Qantas gets green light for alliance ground-work
The competition regulator will allow Qantas and Emirates to start working together on their alliance because of what it describes as the ‘‘long lead time’’ needed to market and sell tickets.
In a decision released this morning, the Australian Competition and Consumer Commission’s chairman, Rod Sims, said he would grant ‘‘interim authorisation’’ for the airlines’ tie-up.
But the regulator has not allowed Qantas and Emirates to begin early preparations on the trans-Tasman route, after it raised concerns last month about the impact on flights between Australia and New Zealand.
Mr Sims said the regulator had decided to allow the airlines to start implementing their alliance on their other routes because of the ‘‘long lead time required to market and sell tickets before the commencement of long-haul services’’.
The airlines still require final approval – expected in March – for their alliance from the regulator. Last month the ACCC gave tentative approval for the tie up, which is focused on routes between Australia and Europe.
The regulator’s granting today of ‘‘interim authorisation’’ will allow Qantas and Emirates to begin discussions on joint sales and pricing strategy, system integration and testing, customer handling, joint marketing, and scheduling and capacity coordination.
‘‘Under interim authorisation, the applicants will be able to commence activities that will enhance the product and service offerings to Qantas and Emirates customers,’’ Mr Sims said.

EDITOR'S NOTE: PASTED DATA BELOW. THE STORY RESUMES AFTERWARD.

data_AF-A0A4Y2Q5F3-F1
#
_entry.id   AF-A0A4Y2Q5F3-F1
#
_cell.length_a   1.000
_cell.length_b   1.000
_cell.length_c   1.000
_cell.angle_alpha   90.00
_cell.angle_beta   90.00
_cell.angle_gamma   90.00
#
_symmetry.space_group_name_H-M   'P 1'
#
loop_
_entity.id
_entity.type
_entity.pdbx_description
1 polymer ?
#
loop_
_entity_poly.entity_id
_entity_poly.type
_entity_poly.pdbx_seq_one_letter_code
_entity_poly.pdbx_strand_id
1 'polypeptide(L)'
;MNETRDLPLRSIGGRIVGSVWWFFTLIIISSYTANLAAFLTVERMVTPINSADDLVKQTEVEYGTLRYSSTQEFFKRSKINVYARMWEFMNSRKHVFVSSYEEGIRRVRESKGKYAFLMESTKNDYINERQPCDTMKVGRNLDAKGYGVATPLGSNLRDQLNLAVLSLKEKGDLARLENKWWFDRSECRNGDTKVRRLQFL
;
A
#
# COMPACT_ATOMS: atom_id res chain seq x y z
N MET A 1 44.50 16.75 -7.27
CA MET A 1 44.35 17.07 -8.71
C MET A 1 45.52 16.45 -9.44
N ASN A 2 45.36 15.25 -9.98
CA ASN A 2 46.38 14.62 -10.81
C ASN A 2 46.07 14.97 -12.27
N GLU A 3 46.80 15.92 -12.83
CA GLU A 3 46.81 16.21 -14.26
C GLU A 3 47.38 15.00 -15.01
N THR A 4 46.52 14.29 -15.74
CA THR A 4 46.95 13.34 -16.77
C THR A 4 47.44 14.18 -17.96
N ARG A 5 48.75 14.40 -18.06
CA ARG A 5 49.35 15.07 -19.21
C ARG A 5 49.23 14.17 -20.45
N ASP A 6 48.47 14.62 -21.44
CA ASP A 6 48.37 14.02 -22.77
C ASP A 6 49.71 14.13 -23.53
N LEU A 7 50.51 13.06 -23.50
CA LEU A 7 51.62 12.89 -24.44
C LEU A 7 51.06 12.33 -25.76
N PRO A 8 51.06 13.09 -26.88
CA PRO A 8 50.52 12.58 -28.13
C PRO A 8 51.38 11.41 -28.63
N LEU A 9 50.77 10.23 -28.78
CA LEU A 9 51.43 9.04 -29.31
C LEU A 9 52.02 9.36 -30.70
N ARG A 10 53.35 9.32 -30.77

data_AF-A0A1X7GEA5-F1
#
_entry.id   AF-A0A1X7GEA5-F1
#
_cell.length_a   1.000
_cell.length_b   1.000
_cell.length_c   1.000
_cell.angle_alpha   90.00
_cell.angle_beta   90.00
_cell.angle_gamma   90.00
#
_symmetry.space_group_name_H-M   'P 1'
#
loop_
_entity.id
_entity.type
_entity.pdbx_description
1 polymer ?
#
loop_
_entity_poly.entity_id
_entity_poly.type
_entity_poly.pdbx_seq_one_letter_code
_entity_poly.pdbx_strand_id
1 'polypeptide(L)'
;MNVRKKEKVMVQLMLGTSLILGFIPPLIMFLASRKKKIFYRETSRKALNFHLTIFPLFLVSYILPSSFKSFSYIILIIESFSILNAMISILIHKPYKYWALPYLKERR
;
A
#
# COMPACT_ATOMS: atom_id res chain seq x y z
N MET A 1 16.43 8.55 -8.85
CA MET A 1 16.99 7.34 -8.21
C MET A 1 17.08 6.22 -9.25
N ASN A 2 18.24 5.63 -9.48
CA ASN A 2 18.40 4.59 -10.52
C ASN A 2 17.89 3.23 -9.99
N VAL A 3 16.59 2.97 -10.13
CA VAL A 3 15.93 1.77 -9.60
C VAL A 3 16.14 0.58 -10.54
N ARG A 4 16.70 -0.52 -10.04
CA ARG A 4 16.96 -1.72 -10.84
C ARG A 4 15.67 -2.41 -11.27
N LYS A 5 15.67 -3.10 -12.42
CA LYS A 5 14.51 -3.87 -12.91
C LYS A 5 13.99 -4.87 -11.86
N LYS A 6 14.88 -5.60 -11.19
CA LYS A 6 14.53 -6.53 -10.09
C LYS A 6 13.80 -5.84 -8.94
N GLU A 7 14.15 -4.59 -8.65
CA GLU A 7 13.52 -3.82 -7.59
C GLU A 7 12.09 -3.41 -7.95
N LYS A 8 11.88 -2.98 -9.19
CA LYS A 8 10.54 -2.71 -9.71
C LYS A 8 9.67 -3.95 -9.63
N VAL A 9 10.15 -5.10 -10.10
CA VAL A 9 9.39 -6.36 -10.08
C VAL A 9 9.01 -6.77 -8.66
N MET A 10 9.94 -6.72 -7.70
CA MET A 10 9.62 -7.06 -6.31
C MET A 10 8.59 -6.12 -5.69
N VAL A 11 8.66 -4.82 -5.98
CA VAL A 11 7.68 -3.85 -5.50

‘‘In making its decision, the ACCC has accepted written assurances from the parties that should the ACCC ultimately decide not to allow the alliance to go ahead, the airlines will accommodate consumers’ bookings.’’
After ditching in October their request for ‘‘interim authorisation, the airlines reapplied late last month after the competition regulator gave a tentative nod of approval for their deal.
The proposed tie-up covers routes from Australia to Europe, North Africa, the Middle East, Asia and New Zealand. It will result in Qantas shifting its hub for European flights from Singapore to Emirates’ base in Dubai.
The ACCC gave tentative approval last month to the alliance because it was likely to lead to ‘‘material, although not substantial’’ benefits to consumers.
But in that draft decision the regulator indicated that it intends to knock back the two airlines’ request for anti-trust approval to be granted for 10 years, deciding half that time-frame is more appropriate.
Aspects of the deal still needs approval from regulators in New Zealand and Singapore.
New Zealand’s Transport Minister, Gerry Brownlee, will decide whether the two airlines can extend their alliance to the trans-Tasman route.